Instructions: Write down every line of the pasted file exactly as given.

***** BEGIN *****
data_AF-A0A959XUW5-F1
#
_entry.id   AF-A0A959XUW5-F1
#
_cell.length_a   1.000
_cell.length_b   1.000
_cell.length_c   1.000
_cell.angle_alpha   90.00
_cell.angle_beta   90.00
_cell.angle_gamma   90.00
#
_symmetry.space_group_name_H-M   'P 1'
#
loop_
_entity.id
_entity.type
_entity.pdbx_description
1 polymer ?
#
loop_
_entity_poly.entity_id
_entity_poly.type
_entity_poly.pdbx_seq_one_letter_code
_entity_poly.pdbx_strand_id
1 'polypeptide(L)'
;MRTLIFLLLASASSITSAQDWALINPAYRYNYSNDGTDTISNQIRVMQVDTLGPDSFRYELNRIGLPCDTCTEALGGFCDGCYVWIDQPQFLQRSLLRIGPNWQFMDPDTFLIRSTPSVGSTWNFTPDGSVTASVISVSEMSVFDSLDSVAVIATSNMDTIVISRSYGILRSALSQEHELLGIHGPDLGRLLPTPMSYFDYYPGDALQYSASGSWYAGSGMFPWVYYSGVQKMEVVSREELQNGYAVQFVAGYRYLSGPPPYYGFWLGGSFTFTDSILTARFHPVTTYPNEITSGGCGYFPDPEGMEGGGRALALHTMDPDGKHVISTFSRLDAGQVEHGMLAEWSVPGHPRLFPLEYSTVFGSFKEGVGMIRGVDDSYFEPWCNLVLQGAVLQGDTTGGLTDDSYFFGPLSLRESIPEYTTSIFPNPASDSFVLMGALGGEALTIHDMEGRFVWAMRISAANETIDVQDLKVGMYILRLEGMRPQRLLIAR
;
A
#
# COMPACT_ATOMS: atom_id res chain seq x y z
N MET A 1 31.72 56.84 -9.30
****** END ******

data_AF-A0A959XUW5-F1
#
_entry.id   AF-A0A959XUW5-F1
#
_cell.length_a   1.000
_cell.length_b   1.000
_cell.length_c   1.000
_cell.angle_alpha   90.00
_cell.angle_beta   90.00
_cell.angle_gamma   90.00
#
_symmetry.space_group_name_H-M   'P 1'
#
loop_
_entity.id
_entity.type
_entity.pdbx_description
1 polymer ?
#
loop_
_entity_poly.entity_id
_entity_poly.type
_entity_poly.pdbx_seq_one_letter_code
_entity_poly.pdbx_strand_id
1 'polypeptide(L)'
;MRTLIFLLLASASSITSAQDWALINPAYRYNYSNDGTDTISNQIRVMQVDTLGPDSFRYELNRIGLPCDTCTEALGGFCDGCYVWIDQPQFLQRSLLRIGPNWQFMDPDTFLIRSTPSVGSTWNFTPDGSVTASVISVSEMSVFDSLDSVAVIATSNMDTIVISRSYGILRSALSQEHELLGIHGPDLGRLLPTPMSYFDYYPGDALQYSASGSWYAGSGMFPWVYYSGVQKMEVVSREELQNGYAVQFVAGYRYLSGPPPYYGFWLGGSFTFTDSILTARFHPVTTYPNEITSGGCGYFPDPEGMEGGGRALALHTMDPDGKHVISTFSRLDAGQVEHGMLAEWSVPGHPRLFPLEYSTVFGSFKEGVGMIRGVDDSYFEPWCNLVLQGAVLQGDTTGGLTDDSYFFGPLSLRESIPEYTTSIFPNPASDSFVLMGALGGEALTIHDMEGRFVWAMRISAANETIDVQDLKVGMYILRLEGMRPQRLLIAR
;
A
#
# COMPACT_ATOMS: atom_id res chain seq x y z
N MET A 1 31.72 56.84 -9.30